Hearing from Gonzalez, Zimmerman and Span

You might not know it by looking at his pitching line - or his batting line, for that matter - but Gio Gonzalez was battling a pretty bad headache during his 2013 regular season debut tonight.

Gonzalez started feeling the headache prior to first pitch and relied on consistent massages on his temple from trainer John Hsu and some Advil in order to get through his six shutout innings in the Nationals' 3-0 win.

"Every inning, all the way to the fifth, where it was constantly getting massaged and massaged," Gonzalez said. "It started from the bullpen and it ended up being right off the first batter. I was just working my way through there. I was just trying to stay focused and let the Advil take over and do what it does."

Gonzalez apparently didn't have any problem seeing the ball when standing in the batter's box. He crushed a first-pitch curveball from Kevin Slowey into the left field seats in the fifth inning, breaking a scoreless tie and giving the Nats the lead.

"Lucky swing. Just one of those lucky things," Gonzalez said, humble as ever. "I don't want guys getting the wrong ideas now that I can hit. Just one of those things. Trying to get in there and let the rest of the guys go out there and swing the bat. I just wanted to get on base and do something. I didn't expect that."

One of the biggest outs in the game came when Gonzalez struck out Marlins slugger Giancarlo Stanton in the sixth inning, leaving the then-tying runner in scoring position. It was the second time Gonzalez struck out Stanton tonight, both times with a curveball.

"It's definitely a huge thing, especially with a bopper like that," Gonzalez said. "You don't want that guy to change the game on you. One of those things where you just try to pitch him carefully and try not to give him something he wants."

After a hitless opener, in which he struck out in all three at-bats, Ryan Zimmerman went 2-for-4 tonight with a triple down the right field line in the sixth inning and a hard-hit RBI single up the middle in the eighth that brought in Bryce Harper with a key insurance run.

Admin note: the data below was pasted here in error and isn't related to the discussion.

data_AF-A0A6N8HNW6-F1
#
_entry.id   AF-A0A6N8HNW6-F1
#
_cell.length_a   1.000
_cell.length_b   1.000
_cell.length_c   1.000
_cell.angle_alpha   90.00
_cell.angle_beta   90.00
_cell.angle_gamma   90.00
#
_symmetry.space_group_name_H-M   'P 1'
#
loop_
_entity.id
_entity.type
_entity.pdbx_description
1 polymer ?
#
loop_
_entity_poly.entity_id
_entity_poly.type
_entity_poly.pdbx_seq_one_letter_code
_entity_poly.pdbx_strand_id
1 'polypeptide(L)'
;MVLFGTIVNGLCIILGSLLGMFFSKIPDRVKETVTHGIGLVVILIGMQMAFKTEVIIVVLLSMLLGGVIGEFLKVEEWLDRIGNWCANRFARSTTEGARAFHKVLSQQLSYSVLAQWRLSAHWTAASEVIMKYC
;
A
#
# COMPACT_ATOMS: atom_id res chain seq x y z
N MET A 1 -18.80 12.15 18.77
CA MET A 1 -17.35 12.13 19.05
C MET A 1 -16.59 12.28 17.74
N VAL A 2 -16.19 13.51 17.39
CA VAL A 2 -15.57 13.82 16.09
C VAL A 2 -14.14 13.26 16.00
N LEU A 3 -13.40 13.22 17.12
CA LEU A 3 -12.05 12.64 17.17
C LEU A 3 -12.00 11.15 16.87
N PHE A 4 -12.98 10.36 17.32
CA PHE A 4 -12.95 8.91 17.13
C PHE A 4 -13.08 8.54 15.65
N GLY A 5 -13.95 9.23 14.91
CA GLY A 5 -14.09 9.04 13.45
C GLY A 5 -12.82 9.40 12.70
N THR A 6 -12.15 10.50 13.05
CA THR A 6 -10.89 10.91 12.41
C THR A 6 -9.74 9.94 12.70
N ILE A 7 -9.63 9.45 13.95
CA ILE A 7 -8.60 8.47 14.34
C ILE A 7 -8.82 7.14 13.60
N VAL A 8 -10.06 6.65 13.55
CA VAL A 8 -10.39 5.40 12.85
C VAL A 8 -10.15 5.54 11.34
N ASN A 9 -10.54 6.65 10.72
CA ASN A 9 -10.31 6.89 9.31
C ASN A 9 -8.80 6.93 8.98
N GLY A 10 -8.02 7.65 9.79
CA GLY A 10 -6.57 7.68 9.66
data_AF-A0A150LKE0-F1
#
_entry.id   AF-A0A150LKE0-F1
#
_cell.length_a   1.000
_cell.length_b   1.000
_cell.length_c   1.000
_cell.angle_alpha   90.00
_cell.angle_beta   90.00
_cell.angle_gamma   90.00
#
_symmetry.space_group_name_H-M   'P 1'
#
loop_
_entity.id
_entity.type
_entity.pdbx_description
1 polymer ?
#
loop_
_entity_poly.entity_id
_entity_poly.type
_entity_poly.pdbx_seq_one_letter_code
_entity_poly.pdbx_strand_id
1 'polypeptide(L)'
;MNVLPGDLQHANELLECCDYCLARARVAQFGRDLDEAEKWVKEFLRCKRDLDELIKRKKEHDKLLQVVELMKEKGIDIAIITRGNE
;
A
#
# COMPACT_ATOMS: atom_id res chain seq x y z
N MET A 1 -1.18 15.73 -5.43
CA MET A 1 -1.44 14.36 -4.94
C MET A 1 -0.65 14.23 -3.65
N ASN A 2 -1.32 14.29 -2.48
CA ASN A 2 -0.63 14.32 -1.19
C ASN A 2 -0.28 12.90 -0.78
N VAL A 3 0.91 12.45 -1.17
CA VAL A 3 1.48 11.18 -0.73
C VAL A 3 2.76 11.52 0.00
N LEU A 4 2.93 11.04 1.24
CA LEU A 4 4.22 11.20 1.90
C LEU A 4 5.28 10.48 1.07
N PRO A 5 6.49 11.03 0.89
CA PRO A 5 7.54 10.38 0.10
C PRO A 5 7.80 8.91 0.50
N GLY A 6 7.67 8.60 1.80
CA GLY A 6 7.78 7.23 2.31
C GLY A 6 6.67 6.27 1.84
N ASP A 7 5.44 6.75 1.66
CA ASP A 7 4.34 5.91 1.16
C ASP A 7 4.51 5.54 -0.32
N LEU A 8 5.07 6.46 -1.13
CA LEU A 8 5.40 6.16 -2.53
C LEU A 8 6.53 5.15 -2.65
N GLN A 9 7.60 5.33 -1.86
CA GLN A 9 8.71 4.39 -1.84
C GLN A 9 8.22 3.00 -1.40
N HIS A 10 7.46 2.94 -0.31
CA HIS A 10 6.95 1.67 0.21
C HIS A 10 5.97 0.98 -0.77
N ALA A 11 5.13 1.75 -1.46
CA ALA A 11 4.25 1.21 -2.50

Asked if he'd ever tripled for his first hit of the season before, Zimmerman went into the memory bank, and remarkably came up with something.

"I have. Dontrelle Willis," Zimmerman said. "I remember it, on opening day (in 2007). For a guy that never hits triples, I've had I think two or three for my first hit of the season. Looking down there, it was bouncing around, so I had to go, as much as I didn't want to."

Denard Span had four successful plate appearances tonight, walking twice, doubling to right and scoring a run on a fielder's choice in the seventh. Span was teammates with Slowey in Minnesota, so he wasn't too surprised by what the right-hander was bringing to the plate tonight.

"I kind of knew what he was featuring," Span said. "I was just able to put together some good at-bats and get on base."

The Nationals haven't done much offensively through two games, with three solo home runs accounting for 60 percent of their runs and 27 percent of their hits. But two games is far too few for anyone to be concerned.

"We're doing what it takes to win ballgames," Span said. "I mean, the first two games. But thank God for our pitching who gave us a chance to win, and I'm pretty sure we'll get it going offensively."

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